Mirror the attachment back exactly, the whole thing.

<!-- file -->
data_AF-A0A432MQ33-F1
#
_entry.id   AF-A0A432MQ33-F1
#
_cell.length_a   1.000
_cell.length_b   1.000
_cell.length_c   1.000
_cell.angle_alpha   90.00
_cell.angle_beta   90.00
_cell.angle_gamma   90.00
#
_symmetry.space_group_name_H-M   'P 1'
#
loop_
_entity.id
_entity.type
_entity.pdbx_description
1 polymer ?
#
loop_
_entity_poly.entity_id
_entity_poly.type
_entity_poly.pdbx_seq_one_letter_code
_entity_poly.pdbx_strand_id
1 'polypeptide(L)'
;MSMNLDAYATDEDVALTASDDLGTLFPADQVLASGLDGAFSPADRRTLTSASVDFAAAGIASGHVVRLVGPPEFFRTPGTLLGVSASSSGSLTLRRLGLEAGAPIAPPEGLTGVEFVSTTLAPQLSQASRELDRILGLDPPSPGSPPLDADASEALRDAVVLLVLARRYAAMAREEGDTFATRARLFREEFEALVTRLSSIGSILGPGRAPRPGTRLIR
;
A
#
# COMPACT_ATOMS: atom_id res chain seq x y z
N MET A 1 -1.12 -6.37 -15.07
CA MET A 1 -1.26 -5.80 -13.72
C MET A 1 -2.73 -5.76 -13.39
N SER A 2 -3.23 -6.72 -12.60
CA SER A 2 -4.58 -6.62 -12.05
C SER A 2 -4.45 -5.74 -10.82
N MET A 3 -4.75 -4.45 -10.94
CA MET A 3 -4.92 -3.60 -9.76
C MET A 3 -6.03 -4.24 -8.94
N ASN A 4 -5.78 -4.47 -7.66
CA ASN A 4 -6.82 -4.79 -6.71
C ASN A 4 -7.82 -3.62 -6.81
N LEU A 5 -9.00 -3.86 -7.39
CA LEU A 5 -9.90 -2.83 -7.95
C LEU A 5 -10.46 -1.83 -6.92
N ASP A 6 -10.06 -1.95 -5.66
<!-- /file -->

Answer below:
data_AF-A0A432MQ33-F1
#
_entry.id   AF-A0A432MQ33-F1
#
_cell.length_a   1.000
_cell.length_b   1.000
_cell.length_c   1.000
_cell.angle_alpha   90.00
_cell.angle_beta   90.00
_cell.angle_gamma   90.00
#
_symmetry.space_group_name_H-M   'P 1'
#
loop_
_entity.id
_entity.type
_entity.pdbx_description
1 polymer ?
#
loop_
_entity_poly.entity_id
_entity_poly.type
_entity_poly.pdbx_seq_one_letter_code
_entity_poly.pdbx_strand_id
1 'polypeptide(L)'
;MSMNLDAYATDEDVALTASDDLGTLFPADQVLASGLDGAFSPADRRTLTSASVDFAAAGIASGHVVRLVGPPEFFRTPGTLLGVSASSSGSLTLRRLGLEAGAPIAPPEGLTGVEFVSTTLAPQLSQASRELDRILGLDPPSPGSPPLDADASEALRDAVVLLVLARRYAAMAREEGDTFATRARLFREEFEALVTRLSSIGSILGPGRAPRPGTRLIR
;
A
#
# COMPACT_ATOMS: atom_id res chain seq x y z
N MET A 1 -1.12 -6.37 -15.07
CA MET A 1 -1.26 -5.80 -13.72
C MET A 1 -2.73 -5.76 -13.39
N SER A 2 -3.23 -6.72 -12.60
CA SER A 2 -4.58 -6.62 -12.05
C SER A 2 -4.45 -5.74 -10.82
N MET A 3 -4.75 -4.45 -10.94
CA MET A 3 -4.92 -3.60 -9.76
C MET A 3 -6.03 -4.24 -8.94
N ASN A 4 -5.78 -4.47 -7.66
CA ASN A 4 -6.82 -4.79 -6.71
C ASN A 4 -7.82 -3.62 -6.81
N LEU A 5 -9.00 -3.86 -7.39
CA LEU A 5 -9.90 -2.83 -7.95
C LEU A 5 -10.46 -1.83 -6.92
N ASP A 6 -10.06 -1.95 -5.66